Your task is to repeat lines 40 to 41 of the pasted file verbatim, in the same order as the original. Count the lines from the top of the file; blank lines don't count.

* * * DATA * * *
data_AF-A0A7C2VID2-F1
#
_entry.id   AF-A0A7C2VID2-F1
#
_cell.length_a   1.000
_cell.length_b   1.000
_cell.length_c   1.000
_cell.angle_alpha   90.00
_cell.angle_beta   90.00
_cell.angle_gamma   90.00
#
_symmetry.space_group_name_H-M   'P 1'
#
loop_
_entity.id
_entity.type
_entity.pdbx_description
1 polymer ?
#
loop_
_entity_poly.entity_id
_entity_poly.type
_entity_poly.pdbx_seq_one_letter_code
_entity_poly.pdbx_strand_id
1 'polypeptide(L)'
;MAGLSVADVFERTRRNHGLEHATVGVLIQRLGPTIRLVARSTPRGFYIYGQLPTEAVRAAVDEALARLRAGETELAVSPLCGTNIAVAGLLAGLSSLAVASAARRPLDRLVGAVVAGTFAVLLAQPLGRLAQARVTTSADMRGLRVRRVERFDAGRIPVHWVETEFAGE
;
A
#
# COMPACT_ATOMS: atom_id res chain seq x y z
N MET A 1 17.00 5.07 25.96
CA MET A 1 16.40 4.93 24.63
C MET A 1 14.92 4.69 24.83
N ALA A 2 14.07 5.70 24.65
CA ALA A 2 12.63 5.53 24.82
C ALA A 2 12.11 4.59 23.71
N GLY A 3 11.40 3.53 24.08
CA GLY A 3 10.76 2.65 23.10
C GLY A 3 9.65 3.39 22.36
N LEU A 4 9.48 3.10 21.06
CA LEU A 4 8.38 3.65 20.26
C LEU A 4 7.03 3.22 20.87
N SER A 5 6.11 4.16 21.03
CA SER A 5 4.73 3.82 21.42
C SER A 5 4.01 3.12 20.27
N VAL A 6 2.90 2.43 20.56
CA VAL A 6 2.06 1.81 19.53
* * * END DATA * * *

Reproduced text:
N LEU A 4 9.48 3.10 21.06
CA LEU A 4 8.38 3.65 20.26